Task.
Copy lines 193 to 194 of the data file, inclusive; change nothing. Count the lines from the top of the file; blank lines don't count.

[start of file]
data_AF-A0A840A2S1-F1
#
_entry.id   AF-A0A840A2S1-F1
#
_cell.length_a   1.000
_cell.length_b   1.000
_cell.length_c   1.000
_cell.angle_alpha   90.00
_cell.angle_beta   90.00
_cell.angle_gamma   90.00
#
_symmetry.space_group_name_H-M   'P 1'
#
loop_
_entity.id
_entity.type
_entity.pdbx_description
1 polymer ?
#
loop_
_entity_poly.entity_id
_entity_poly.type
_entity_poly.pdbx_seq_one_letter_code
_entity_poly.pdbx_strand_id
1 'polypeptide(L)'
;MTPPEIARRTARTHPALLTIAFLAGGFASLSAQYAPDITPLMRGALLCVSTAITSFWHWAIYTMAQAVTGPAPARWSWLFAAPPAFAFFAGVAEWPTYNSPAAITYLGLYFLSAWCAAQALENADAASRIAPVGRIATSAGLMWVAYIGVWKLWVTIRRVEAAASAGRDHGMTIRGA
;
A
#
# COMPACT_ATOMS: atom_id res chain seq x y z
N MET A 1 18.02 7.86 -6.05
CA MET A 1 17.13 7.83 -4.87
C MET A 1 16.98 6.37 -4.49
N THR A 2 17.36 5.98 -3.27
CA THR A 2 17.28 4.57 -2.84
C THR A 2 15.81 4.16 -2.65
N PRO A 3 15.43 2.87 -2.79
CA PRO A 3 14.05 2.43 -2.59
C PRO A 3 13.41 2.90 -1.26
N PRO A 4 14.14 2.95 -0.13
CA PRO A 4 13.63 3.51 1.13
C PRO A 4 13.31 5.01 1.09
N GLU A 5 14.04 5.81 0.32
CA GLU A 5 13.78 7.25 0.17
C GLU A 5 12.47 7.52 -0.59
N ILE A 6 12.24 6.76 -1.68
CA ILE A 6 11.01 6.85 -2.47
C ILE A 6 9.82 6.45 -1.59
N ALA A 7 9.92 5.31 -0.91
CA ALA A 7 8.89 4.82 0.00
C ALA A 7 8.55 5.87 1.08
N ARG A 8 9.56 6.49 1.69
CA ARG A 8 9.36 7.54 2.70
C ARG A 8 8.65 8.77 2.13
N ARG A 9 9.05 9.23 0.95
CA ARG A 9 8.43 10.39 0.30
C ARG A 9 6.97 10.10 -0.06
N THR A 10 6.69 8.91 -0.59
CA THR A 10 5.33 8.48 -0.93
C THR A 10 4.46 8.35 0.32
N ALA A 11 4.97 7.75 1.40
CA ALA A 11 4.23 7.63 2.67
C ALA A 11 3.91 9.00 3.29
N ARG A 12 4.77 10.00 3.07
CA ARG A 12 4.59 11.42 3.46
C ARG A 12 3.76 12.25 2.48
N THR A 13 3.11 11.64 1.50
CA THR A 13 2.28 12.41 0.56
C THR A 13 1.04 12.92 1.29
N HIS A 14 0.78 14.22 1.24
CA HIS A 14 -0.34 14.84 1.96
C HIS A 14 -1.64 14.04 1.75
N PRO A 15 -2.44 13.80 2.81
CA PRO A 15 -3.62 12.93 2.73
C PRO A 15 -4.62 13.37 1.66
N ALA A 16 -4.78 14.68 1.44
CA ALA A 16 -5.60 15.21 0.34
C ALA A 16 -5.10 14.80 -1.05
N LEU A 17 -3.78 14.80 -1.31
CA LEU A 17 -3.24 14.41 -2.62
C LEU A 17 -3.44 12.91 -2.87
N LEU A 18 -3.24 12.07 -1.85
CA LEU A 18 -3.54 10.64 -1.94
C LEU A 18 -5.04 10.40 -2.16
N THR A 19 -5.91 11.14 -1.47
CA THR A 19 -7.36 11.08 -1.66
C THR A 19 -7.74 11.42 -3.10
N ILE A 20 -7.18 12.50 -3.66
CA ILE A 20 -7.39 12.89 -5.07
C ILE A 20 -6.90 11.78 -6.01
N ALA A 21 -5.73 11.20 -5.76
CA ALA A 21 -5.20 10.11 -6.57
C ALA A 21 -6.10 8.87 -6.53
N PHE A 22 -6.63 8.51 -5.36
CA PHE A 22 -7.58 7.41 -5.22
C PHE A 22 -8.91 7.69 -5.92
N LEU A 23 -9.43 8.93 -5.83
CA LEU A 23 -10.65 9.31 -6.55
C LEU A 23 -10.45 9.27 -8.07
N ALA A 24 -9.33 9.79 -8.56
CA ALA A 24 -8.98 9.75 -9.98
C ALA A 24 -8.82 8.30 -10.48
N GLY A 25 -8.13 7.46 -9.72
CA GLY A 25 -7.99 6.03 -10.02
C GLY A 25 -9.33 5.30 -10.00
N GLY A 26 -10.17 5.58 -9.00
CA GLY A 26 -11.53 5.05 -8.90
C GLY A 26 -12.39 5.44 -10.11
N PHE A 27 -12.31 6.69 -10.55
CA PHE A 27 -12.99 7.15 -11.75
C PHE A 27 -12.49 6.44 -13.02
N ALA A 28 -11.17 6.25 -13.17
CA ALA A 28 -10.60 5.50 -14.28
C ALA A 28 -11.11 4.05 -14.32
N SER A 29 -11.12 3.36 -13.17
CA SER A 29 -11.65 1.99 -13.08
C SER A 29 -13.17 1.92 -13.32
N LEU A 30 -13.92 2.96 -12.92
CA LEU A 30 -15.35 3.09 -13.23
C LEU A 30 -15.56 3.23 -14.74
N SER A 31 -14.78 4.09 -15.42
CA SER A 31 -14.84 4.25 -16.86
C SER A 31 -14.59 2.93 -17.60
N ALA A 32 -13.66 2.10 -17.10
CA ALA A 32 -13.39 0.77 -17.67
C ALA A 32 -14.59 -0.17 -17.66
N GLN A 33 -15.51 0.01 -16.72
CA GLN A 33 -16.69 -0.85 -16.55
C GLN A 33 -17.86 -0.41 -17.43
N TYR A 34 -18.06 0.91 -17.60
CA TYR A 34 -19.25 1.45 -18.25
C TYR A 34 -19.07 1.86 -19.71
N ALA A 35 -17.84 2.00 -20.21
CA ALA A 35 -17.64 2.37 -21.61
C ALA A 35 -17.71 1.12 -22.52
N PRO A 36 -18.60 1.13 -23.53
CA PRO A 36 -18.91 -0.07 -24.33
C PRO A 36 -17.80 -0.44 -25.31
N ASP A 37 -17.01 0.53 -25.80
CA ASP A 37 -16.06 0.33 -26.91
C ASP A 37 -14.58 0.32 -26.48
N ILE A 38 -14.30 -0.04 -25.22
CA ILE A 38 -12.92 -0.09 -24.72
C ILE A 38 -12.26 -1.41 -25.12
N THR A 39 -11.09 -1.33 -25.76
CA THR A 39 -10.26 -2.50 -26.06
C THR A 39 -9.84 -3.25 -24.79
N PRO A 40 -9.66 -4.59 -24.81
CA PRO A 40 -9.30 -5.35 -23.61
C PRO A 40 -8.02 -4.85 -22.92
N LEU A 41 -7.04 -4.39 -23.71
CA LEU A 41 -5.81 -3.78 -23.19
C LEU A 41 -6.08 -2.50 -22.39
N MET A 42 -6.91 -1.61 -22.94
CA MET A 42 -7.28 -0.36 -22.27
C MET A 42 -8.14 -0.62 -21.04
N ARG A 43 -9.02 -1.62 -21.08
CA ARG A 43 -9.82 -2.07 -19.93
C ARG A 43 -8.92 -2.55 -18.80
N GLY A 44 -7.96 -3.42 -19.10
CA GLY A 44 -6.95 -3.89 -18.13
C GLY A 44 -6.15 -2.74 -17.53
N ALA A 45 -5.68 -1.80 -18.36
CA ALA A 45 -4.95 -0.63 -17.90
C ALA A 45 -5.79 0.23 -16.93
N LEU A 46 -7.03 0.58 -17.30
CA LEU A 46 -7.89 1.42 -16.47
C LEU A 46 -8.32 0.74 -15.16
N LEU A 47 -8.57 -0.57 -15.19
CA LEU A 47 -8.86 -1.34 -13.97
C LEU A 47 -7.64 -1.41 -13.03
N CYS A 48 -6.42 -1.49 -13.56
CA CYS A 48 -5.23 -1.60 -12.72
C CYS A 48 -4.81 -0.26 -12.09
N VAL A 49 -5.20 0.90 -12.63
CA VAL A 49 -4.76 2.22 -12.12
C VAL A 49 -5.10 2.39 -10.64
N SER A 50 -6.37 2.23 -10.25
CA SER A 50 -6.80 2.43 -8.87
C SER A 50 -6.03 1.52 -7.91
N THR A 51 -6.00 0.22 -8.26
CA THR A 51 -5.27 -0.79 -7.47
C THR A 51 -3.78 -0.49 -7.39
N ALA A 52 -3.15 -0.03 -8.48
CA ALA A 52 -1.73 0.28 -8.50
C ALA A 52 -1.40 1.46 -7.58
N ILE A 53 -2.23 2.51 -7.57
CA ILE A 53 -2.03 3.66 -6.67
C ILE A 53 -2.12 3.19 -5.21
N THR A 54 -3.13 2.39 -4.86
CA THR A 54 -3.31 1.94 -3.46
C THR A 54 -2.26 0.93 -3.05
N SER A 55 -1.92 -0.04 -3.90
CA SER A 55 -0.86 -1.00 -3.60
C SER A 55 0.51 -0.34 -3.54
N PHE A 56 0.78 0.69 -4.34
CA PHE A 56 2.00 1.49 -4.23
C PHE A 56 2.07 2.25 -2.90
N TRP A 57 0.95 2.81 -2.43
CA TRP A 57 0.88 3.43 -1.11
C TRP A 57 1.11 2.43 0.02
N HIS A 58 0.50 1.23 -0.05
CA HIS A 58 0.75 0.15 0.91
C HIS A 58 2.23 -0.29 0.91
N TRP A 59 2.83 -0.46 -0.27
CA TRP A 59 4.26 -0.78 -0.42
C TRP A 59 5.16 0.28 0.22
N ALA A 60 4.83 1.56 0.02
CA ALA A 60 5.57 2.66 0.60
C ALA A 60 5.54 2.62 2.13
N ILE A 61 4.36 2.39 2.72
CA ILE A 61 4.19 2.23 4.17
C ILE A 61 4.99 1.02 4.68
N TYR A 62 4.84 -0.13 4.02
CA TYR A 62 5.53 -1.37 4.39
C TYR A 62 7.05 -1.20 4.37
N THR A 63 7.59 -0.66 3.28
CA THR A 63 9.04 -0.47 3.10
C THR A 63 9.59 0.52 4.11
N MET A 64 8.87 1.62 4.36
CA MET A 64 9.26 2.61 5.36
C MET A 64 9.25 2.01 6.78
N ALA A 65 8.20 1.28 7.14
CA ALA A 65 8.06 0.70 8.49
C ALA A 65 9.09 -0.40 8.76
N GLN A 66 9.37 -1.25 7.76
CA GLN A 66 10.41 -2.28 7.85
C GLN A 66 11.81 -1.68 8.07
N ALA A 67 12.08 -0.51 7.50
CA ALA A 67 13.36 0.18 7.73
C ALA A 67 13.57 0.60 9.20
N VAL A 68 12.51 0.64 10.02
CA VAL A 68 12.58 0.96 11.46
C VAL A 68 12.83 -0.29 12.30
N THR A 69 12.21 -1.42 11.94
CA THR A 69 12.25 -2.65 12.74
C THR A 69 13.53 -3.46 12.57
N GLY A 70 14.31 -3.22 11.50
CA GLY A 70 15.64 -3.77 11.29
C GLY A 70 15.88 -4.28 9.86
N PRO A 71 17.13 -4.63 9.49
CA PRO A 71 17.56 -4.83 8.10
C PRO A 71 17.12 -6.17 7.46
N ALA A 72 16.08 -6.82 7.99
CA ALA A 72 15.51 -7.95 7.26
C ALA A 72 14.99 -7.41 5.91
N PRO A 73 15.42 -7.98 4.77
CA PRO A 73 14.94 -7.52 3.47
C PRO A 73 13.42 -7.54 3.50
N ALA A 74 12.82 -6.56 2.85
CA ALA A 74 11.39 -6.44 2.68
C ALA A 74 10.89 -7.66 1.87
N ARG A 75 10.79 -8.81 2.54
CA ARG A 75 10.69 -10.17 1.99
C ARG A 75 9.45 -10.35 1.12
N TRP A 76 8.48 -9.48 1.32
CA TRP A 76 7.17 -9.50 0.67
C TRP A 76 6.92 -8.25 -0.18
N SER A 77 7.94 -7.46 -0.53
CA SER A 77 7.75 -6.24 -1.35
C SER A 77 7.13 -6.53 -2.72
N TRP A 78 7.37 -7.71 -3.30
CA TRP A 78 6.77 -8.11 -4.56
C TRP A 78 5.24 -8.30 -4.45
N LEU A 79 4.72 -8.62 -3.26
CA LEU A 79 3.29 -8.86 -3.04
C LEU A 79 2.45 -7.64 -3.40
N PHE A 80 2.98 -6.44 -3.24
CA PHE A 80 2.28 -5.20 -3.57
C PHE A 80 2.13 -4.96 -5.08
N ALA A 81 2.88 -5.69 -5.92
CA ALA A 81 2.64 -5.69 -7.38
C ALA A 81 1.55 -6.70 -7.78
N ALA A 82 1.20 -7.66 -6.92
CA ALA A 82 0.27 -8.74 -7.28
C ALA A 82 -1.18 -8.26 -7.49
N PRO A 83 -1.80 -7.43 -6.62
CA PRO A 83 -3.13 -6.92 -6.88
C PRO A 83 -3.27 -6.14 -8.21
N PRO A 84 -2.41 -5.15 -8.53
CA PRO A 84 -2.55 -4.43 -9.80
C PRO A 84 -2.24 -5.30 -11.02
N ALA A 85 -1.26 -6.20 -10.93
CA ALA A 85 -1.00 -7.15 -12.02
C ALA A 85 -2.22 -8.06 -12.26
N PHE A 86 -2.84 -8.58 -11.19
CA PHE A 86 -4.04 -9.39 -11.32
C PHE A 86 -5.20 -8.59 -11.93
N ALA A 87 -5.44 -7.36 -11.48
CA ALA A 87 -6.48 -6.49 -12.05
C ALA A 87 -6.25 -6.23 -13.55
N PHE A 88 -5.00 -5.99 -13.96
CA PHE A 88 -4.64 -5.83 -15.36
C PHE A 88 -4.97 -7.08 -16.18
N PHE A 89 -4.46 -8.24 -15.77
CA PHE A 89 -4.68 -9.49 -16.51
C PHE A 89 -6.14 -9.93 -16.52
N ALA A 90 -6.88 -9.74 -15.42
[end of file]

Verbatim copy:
N SER A 55 -1.92 -0.04 -3.90
CA SER A 55 -0.86 -1.00 -3.60